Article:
By Donald Zuhn --
Last week, the U.S. Patent and Trademark Office announced that it was adopting new, more comprehensive procedures for measuring the quality of patent examination. The new procedures were developed by a joint USPTO-Patent Public Advisory Committee (PPAC) Task Force following consultation with the patent community and public.
Under the new system, seven aspects of the examination process will be assessed to yield a composite quality metric. The seven aspects include two patent examination quality measures that the Office says were used previously -- the final rejection and allowance compliance rate (the correctness of the examiners' overall determination of the patentability of the claims) and the in-process compliance rate (the quality of the actions taken during the course of examination) -- along with five additional new measures:
• The use of best search practices in the examiner's initial search for prior art,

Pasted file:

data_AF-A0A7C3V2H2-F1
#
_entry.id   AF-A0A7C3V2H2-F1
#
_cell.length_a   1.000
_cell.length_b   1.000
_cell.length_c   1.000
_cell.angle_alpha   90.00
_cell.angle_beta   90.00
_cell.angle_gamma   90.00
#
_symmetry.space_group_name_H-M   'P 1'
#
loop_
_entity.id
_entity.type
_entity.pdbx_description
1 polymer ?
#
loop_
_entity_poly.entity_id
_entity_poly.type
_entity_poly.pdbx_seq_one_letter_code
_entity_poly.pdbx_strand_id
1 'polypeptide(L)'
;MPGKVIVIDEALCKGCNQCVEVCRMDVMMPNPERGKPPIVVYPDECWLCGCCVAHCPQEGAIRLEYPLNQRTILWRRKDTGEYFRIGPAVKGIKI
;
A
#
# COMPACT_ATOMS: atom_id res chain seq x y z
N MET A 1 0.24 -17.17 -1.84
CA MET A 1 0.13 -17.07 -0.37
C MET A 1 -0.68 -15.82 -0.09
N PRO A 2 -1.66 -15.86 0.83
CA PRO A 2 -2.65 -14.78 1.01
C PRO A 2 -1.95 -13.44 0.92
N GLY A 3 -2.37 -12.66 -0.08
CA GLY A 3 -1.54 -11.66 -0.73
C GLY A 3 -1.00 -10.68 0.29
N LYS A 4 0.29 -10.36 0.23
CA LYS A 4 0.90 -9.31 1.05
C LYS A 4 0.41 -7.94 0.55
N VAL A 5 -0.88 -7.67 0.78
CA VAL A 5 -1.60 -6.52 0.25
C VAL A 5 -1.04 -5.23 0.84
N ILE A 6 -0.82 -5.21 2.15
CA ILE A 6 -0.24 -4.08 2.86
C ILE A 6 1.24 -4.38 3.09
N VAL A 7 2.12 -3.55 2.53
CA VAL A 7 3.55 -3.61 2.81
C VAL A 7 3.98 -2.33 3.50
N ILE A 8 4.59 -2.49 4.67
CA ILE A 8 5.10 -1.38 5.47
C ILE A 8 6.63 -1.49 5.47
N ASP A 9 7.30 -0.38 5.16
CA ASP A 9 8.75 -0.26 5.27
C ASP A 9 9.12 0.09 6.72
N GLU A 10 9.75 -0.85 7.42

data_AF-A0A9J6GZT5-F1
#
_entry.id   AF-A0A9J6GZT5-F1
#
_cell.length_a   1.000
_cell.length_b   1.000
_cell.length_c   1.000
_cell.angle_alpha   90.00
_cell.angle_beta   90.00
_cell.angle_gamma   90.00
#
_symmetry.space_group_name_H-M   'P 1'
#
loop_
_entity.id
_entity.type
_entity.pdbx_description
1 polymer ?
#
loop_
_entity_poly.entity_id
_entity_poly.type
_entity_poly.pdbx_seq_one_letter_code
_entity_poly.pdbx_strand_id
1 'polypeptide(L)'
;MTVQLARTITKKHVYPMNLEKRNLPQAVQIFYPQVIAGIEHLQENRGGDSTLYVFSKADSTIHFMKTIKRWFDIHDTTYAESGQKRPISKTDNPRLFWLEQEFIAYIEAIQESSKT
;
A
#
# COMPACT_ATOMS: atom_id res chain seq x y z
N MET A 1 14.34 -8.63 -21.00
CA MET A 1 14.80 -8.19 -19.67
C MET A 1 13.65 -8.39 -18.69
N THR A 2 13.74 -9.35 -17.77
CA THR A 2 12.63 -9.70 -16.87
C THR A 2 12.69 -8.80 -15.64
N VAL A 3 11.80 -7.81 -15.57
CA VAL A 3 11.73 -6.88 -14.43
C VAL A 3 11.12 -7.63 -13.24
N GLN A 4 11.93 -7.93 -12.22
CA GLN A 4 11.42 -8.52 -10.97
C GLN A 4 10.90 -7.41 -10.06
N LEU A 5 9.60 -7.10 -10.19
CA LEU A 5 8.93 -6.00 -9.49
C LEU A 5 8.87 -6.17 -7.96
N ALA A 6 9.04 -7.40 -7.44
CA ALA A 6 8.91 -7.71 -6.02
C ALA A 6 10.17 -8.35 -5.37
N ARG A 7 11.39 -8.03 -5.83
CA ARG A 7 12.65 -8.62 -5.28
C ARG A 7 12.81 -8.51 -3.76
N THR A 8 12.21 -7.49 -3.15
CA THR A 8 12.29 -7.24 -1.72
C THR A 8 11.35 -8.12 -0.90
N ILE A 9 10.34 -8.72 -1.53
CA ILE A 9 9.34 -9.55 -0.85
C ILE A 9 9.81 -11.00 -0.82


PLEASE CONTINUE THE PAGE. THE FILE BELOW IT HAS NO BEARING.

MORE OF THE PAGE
• The use of best examination practices in the first action on the merits,
• Trends in compact and efficient examination as reflected in aggregate USPTO data,
• The perceptions of applicants and practitioners as measured by surveys, and
• The perceptions of examiners as measured by surveys.
In a press release announcing the change, the Office said it will periodically disseminate the results of each measure (at least twice a year), along with the aggregate data used in their calculation to the extent practicable, on the USPTO website. A detailed description of the new procedures, which will be implemented for fiscal year 2011, can be found here.